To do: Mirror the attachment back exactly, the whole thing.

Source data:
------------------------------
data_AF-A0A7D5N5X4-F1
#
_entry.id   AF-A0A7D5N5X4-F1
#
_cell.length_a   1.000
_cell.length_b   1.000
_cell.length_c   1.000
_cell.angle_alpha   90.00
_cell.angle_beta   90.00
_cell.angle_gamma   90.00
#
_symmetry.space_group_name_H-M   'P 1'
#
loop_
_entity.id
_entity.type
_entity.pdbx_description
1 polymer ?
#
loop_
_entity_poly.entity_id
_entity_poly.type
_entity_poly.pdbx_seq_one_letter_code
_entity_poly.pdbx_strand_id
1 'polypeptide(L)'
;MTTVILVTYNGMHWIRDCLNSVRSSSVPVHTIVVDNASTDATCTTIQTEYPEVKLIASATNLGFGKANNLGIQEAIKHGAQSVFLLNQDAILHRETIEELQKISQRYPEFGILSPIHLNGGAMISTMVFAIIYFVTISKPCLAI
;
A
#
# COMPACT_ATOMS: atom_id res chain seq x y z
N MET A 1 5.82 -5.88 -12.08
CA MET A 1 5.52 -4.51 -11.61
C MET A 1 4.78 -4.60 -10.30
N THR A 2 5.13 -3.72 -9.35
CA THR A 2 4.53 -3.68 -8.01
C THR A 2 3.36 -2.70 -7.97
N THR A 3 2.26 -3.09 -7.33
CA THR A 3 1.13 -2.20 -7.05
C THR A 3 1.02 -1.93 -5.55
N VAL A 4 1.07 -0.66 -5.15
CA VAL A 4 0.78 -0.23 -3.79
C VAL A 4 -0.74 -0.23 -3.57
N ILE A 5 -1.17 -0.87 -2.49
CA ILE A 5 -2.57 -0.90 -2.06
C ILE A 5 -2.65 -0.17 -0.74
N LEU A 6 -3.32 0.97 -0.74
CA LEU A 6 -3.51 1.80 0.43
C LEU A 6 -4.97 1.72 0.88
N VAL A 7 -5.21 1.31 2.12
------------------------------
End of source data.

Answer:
data_AF-A0A7D5N5X4-F1
#
_entry.id   AF-A0A7D5N5X4-F1
#
_cell.length_a   1.000
_cell.length_b   1.000
_cell.length_c   1.000
_cell.angle_alpha   90.00
_cell.angle_beta   90.00
_cell.angle_gamma   90.00
#
_symmetry.space_group_name_H-M   'P 1'
#
loop_
_entity.id
_entity.type
_entity.pdbx_description
1 polymer ?
#
loop_
_entity_poly.entity_id
_entity_poly.type
_entity_poly.pdbx_seq_one_letter_code
_entity_poly.pdbx_strand_id
1 'polypeptide(L)'
;MTTVILVTYNGMHWIRDCLNSVRSSSVPVHTIVVDNASTDATCTTIQTEYPEVKLIASATNLGFGKANNLGIQEAIKHGAQSVFLLNQDAILHRETIEELQKISQRYPEFGILSPIHLNGGAMISTMVFAIIYFVTISKPCLAI
;
A
#
# COMPACT_ATOMS: atom_id res chain seq x y z
N MET A 1 5.82 -5.88 -12.08
CA MET A 1 5.52 -4.51 -11.61
C MET A 1 4.78 -4.60 -10.30
N THR A 2 5.13 -3.72 -9.35
CA THR A 2 4.53 -3.68 -8.01
C THR A 2 3.36 -2.70 -7.97
N THR A 3 2.26 -3.09 -7.33
CA THR A 3 1.13 -2.20 -7.05
C THR A 3 1.02 -1.93 -5.55
N VAL A 4 1.07 -0.66 -5.15
CA VAL A 4 0.78 -0.23 -3.79
C VAL A 4 -0.74 -0.23 -3.57
N ILE A 5 -1.17 -0.87 -2.49
CA ILE A 5 -2.57 -0.90 -2.06
C ILE A 5 -2.65 -0.17 -0.74
N LEU A 6 -3.32 0.97 -0.74
CA LEU A 6 -3.51 1.80 0.43
C LEU A 6 -4.97 1.72 0.88
N VAL A 7 -5.21 1.31 2.12